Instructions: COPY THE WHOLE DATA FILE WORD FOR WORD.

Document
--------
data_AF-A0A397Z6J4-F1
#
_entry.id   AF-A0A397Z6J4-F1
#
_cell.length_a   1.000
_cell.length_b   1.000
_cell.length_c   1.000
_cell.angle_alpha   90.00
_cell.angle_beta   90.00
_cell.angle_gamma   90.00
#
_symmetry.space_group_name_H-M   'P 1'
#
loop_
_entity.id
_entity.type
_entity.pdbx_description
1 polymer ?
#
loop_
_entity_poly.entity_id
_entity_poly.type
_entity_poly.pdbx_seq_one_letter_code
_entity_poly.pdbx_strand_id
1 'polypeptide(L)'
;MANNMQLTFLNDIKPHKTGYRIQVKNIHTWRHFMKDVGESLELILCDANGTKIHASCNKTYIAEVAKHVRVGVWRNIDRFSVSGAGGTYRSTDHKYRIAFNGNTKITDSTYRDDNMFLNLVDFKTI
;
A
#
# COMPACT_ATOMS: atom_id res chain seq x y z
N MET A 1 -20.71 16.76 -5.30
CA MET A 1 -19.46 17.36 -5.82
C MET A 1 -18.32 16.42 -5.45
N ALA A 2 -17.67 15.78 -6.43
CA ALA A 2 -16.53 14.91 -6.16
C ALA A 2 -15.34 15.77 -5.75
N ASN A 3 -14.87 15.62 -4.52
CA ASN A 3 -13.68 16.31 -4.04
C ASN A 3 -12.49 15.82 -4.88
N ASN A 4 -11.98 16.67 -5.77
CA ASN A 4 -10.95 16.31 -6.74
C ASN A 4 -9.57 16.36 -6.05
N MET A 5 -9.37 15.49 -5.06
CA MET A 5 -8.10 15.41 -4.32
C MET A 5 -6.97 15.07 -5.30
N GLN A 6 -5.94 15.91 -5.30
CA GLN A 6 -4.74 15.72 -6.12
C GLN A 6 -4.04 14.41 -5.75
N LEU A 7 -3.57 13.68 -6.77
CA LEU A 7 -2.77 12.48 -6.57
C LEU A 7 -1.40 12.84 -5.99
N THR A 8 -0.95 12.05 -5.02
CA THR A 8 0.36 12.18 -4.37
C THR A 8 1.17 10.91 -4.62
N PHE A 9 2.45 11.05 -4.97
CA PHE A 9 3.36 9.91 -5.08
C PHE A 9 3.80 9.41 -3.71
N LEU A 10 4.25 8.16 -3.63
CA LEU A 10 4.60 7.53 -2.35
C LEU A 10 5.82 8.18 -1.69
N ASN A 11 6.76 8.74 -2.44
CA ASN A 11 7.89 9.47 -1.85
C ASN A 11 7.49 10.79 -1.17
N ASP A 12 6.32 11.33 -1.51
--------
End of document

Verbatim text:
data_AF-A0A397Z6J4-F1
#
_entry.id   AF-A0A397Z6J4-F1
#
_cell.length_a   1.000
_cell.length_b   1.000
_cell.length_c   1.000
_cell.angle_alpha   90.00
_cell.angle_beta   90.00
_cell.angle_gamma   90.00
#
_symmetry.space_group_name_H-M   'P 1'
#
loop_
_entity.id
_entity.type
_entity.pdbx_description
1 polymer ?
#
loop_
_entity_poly.entity_id
_entity_poly.type
_entity_poly.pdbx_seq_one_letter_code
_entity_poly.pdbx_strand_id
1 'polypeptide(L)'
;MANNMQLTFLNDIKPHKTGYRIQVKNIHTWRHFMKDVGESLELILCDANGTKIHASCNKTYIAEVAKHVRVGVWRNIDRFSVSGAGGTYRSTDHKYRIAFNGNTKITDSTYRDDNMFLNLVDFKTI
;
A
#
# COMPACT_ATOMS: atom_id res chain seq x y z
N MET A 1 -20.71 16.76 -5.30
CA MET A 1 -19.46 17.36 -5.82
C MET A 1 -18.32 16.42 -5.45
N ALA A 2 -17.67 15.78 -6.43
CA ALA A 2 -16.53 14.91 -6.16
C ALA A 2 -15.34 15.77 -5.75
N ASN A 3 -14.87 15.62 -4.52
CA ASN A 3 -13.68 16.31 -4.04
C ASN A 3 -12.49 15.82 -4.88
N ASN A 4 -11.98 16.67 -5.77
CA ASN A 4 -10.95 16.31 -6.74
C ASN A 4 -9.57 16.36 -6.05
N MET A 5 -9.37 15.49 -5.06
CA MET A 5 -8.10 15.41 -4.32
C MET A 5 -6.97 15.07 -5.30
N GLN A 6 -5.94 15.91 -5.30
CA GLN A 6 -4.74 15.72 -6.12
C GLN A 6 -4.04 14.41 -5.75
N LEU A 7 -3.57 13.68 -6.77
CA LEU A 7 -2.77 12.48 -6.57
C LEU A 7 -1.40 12.84 -5.99
N THR A 8 -0.95 12.05 -5.02
CA THR A 8 0.36 12.18 -4.37
C THR A 8 1.17 10.91 -4.62
N PHE A 9 2.45 11.05 -4.97
CA PHE A 9 3.36 9.91 -5.08
C PHE A 9 3.80 9.41 -3.71
N LEU A 10 4.25 8.16 -3.63
CA LEU A 10 4.60 7.53 -2.35
C LEU A 10 5.82 8.18 -1.69
N ASN A 11 6.76 8.74 -2.44
CA ASN A 11 7.89 9.47 -1.85
C ASN A 11 7.49 10.79 -1.17
N ASP A 12 6.32 11.33 -1.51